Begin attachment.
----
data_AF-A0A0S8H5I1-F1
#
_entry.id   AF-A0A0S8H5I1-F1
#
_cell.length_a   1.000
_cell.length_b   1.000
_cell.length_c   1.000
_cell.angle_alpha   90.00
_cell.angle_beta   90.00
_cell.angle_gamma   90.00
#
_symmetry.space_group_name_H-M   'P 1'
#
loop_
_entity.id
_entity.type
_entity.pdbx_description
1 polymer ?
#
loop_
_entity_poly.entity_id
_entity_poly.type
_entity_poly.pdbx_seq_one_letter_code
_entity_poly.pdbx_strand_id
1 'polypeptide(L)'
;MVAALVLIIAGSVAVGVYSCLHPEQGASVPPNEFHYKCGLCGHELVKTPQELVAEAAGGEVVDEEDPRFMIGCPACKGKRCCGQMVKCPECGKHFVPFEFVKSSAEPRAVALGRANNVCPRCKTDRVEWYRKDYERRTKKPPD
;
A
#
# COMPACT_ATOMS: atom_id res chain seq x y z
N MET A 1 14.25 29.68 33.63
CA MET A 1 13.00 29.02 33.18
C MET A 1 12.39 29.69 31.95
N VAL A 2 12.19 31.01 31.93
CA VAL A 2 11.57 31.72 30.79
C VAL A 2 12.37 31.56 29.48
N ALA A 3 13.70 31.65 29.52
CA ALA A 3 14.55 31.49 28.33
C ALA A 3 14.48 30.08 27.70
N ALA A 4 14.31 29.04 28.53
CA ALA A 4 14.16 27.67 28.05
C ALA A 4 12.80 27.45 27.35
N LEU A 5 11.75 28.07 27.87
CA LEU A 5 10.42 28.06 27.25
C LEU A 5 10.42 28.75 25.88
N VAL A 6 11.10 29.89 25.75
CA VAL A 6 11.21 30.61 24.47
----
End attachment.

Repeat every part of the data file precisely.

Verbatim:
data_AF-A0A0S8H5I1-F1
#
_entry.id   AF-A0A0S8H5I1-F1
#
_cell.length_a   1.000
_cell.length_b   1.000
_cell.length_c   1.000
_cell.angle_alpha   90.00
_cell.angle_beta   90.00
_cell.angle_gamma   90.00
#
_symmetry.space_group_name_H-M   'P 1'
#
loop_
_entity.id
_entity.type
_entity.pdbx_description
1 polymer ?
#
loop_
_entity_poly.entity_id
_entity_poly.type
_entity_poly.pdbx_seq_one_letter_code
_entity_poly.pdbx_strand_id
1 'polypeptide(L)'
;MVAALVLIIAGSVAVGVYSCLHPEQGASVPPNEFHYKCGLCGHELVKTPQELVAEAAGGEVVDEEDPRFMIGCPACKGKRCCGQMVKCPECGKHFVPFEFVKSSAEPRAVALGRANNVCPRCKTDRVEWYRKDYERRTKKPPD
;
A
#
# COMPACT_ATOMS: atom_id res chain seq x y z
N MET A 1 14.25 29.68 33.63
CA MET A 1 13.00 29.02 33.18
C MET A 1 12.39 29.69 31.95
N VAL A 2 12.19 31.01 31.93
CA VAL A 2 11.57 31.72 30.79
C VAL A 2 12.37 31.56 29.48
N ALA A 3 13.70 31.65 29.52
CA ALA A 3 14.55 31.49 28.33
C ALA A 3 14.48 30.08 27.70
N ALA A 4 14.31 29.04 28.53
CA ALA A 4 14.16 27.67 28.05
C ALA A 4 12.80 27.45 27.35
N LEU A 5 11.75 28.07 27.87
CA LEU A 5 10.42 28.06 27.25
C LEU A 5 10.42 28.75 25.88
N VAL A 6 11.10 29.89 25.75
CA VAL A 6 11.21 30.61 24.47